Katalin Karikó, mRna pioneer, receives the first honorary degree in Medicine from Humanitas University: “Follow your dreams and don’t hesitate to learn anything from anyone”
The eighth academic year of Humanitas University was inaugurated on November 29 and brought with it the delivery of the first honorary degree in Medicine of the university. To receive it was Katalin Karikó, Senior Vice-President of BioNTech, awarded by the Rector of Hunimed Marco Montorsi with the following reason: “In consideration of the extraordinary contribution to the study and development of a new generation of vaccines based on innovative mRNA technology, including the anti COVID-19, further confirmation of the value of integration between medical knowledge and technological applications”. Karikó, in fact, is the pioneer of the messenger RNA technology which is the base for the development of the vaccine against Coronavirus. Born in 1955, of Hungarian origin, the biochemist has been working in the field of molecular biology for over 40 years. She has been vice president of BioNTech since 2013 and became its senior vice president in 2019. “I am very excited about this recognition: I have never been in the spotlight during my life because for four decades I only thought about working and doing experiments. There has never been anyone who has said to me, ‘Katalin, you’re doing a good job,'” she said from the stage. “This is my first time in Milan, a city I have enjoyed very much. Visiting it, I wondered why I hadn’t come earlier, maybe because I had some experiments to do!” said Professor Karikó.
During her speech she recalled her childhood and how she came to choose scientific research. “My mum was an accountant, while my father was a butcher, I knew how to make sausage as a child. But I was also very curious and had an amazing teacher who encouraged me a lot.” However, the years spent in the lab were often frustrating as well. “It happened that the experiments didn’t work out and that disappointed me a lot. In those moments, I would always read a sentence by Leonardo Da Vinci that said “experience does not fail, but only our judgments fail, promising her things that are not in her power”. This quote has always forced me to think critically“. But, warns Professor Karikó, “if someone wants to become a scientist, he must know that it is not to be famous; if he wants to be famous, then be an actor. And the same if he wants to be rich: don’t be a scientist”. And adds: “With my colleagues, we worked for years to find this technology, sometimes it seemed like science fiction. But we knew that if the result of our work saved the life of even one person, then we had done it. Today it’s a relief to know that vaccines have saved so many lives and protected so many people from COVID-19.”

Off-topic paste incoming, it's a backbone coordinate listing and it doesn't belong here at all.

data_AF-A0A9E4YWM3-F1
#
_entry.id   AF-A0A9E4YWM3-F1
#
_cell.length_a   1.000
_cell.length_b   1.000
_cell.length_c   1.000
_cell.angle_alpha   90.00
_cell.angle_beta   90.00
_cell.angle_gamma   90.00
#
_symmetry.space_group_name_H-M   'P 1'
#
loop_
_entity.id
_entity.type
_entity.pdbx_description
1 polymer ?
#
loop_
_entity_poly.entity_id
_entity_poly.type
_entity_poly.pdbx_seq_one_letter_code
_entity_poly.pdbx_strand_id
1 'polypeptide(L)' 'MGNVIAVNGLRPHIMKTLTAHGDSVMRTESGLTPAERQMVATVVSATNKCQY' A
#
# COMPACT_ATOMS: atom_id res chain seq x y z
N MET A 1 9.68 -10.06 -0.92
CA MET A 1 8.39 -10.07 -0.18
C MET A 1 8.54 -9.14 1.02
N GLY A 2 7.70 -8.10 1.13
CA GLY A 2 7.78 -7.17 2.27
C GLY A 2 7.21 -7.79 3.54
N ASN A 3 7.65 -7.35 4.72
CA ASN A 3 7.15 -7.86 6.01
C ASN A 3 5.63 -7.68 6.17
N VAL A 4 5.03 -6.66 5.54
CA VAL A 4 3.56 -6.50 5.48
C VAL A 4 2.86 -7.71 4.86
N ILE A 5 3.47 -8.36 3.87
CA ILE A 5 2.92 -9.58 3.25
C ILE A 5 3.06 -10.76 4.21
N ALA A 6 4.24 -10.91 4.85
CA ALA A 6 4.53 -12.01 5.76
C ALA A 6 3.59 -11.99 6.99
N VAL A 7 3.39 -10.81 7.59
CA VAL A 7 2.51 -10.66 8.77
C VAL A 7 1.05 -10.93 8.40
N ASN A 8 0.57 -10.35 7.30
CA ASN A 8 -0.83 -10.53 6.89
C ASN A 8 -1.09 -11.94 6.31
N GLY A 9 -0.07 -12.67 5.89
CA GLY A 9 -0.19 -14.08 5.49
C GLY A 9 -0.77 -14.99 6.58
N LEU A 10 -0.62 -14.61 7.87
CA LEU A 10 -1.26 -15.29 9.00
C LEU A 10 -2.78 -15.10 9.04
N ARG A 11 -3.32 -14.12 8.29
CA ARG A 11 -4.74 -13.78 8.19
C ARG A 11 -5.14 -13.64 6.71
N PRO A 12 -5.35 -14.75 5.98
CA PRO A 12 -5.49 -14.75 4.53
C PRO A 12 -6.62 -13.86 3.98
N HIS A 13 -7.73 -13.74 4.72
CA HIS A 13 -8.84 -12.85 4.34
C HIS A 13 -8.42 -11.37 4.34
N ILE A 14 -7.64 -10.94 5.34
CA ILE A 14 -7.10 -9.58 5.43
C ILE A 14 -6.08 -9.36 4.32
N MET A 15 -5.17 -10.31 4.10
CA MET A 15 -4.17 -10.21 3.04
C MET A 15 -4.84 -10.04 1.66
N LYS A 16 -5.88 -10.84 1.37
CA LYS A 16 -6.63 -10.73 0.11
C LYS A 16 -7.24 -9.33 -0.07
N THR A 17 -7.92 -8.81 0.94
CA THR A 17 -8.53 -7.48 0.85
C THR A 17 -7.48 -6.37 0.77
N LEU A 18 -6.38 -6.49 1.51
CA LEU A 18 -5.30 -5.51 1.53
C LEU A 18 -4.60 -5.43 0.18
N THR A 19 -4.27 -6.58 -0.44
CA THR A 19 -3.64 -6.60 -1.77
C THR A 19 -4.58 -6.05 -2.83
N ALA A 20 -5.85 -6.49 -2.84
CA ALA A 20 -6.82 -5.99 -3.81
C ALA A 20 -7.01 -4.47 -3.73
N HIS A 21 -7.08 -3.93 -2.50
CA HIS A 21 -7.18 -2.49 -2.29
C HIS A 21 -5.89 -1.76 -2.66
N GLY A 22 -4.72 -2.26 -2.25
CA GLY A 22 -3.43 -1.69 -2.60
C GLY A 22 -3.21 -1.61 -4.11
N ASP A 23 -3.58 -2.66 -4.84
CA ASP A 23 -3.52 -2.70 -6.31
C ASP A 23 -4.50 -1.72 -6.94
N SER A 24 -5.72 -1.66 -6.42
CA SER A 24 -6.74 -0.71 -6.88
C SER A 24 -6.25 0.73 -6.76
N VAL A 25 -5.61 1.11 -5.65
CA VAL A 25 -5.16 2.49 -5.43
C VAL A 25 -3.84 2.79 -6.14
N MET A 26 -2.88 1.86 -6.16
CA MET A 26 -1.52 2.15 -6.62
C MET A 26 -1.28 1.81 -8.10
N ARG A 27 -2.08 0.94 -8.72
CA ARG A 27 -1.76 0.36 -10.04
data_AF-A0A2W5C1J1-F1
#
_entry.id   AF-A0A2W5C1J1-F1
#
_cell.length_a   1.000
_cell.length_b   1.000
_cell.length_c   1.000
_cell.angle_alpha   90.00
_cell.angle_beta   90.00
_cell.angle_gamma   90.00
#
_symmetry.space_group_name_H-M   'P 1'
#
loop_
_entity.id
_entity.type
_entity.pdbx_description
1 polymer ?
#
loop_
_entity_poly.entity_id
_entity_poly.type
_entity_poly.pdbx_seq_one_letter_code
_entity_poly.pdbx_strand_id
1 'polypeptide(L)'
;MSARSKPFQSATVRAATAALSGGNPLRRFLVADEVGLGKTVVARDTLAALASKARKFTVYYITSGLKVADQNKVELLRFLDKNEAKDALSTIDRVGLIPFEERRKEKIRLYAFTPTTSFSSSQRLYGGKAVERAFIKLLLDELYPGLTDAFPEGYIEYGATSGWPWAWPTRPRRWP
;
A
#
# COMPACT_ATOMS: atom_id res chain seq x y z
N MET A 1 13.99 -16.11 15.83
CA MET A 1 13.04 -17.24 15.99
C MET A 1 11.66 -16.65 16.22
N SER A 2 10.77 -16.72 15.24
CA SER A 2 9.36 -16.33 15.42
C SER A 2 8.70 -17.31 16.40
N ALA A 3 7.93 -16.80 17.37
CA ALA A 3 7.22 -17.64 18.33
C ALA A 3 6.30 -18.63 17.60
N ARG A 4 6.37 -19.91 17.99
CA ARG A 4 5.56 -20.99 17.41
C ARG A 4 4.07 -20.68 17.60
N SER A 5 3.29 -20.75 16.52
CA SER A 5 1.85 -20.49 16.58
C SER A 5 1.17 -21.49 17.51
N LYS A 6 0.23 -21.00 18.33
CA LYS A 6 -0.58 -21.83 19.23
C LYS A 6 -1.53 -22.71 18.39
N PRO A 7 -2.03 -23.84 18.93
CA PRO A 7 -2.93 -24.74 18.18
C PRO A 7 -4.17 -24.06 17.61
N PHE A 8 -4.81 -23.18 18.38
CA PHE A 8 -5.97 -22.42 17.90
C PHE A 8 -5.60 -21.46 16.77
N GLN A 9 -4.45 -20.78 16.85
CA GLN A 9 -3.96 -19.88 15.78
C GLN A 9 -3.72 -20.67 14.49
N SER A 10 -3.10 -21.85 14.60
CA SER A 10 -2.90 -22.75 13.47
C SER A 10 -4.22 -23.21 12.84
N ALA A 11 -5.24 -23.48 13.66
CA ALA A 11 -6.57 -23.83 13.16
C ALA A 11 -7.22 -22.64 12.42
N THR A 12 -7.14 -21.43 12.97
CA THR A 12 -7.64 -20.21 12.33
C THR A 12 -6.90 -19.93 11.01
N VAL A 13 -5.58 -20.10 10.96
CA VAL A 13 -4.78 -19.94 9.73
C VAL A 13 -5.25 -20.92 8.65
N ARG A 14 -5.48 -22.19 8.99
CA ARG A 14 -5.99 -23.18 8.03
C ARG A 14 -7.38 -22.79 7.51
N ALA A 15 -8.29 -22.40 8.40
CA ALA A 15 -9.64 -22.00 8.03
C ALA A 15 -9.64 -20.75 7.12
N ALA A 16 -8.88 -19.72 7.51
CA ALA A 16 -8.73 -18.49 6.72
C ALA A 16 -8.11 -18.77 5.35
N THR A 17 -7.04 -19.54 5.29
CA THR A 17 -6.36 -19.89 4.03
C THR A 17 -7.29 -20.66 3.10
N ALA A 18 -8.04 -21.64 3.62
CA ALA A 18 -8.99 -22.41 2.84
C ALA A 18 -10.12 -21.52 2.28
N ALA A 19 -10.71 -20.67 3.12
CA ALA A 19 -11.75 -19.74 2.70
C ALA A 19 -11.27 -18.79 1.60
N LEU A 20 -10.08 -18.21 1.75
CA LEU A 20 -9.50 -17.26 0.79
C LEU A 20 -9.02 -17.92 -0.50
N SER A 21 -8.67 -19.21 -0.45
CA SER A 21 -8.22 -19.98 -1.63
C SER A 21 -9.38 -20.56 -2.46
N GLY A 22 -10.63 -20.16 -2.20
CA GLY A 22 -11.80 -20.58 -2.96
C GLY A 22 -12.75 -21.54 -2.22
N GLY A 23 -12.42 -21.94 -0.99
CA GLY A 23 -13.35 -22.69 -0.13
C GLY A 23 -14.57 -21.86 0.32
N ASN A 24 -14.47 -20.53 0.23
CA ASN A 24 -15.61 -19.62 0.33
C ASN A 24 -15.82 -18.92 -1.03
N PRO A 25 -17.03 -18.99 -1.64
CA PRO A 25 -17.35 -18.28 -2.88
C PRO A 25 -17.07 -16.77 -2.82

Then Karikó gave some advice to the young scientists and women scientists of Hunimed. First of all, do a job you like: “We spend most of our lives working and it is important that we like it”. Then, “learn to manage stress: I remember when I was in high school – she said – and my teacher gave us to read a book on stress that I read. That book helped me stay on the path I was on without worrying about what it would be like. It’s important that you learn to turn bad stress into good stress“. An advice that, admits the biochemist, “to me it would have been very useful to have every time I lost a job”. And then: “New opportunities should be welcomed, you must always look ahead”. Fundamental is then the work and the collaboration with other colleagues: “When I lived in the U.S. I saw my colleagues publish in journals much more important than those in which I published. This is why I say to you: look at your colleagues because one day you will need them, you will need their work, follow them, study what they do and they will help you”. Because “you can learn from everyone: my daughter when she was seven years old came home and wrote a letter to her teacher to thank her for the year she had just finished, “I thank you because we have learned so much”, she wrote. At that time I was 35 years old and had never written a letter to my teachers: I started writing immediately. So I say to you: don’t hesitate to learn anything from anyone, even from a seven-year-old girl, and above all tell those who made you understand your value how important it was for you”.
Finally, Karikó addressed the “young female scientists: find the right partner for life. I met my husband when we were students, I married him 42 years ago. He always supported me, he moved to different countries for me. We had little money and our two-year-old daughter was always with us. My husband Belà Francia never told me “stop doing research, cook”. And when on weekends I was never there because I always had an important experiment to do, he never complained. Even when I received the offer at BioNTech eight years ago, he pushed me to accept it, even though he knew we would have to move to Germany. My daughter also grew up knowing that my life was dedicated to science”. For this reason, “girls – she concluded her speech – I tell you that you don’t have to choose between a career and having children, find the right husband who cares about your dreams and shares your choices”.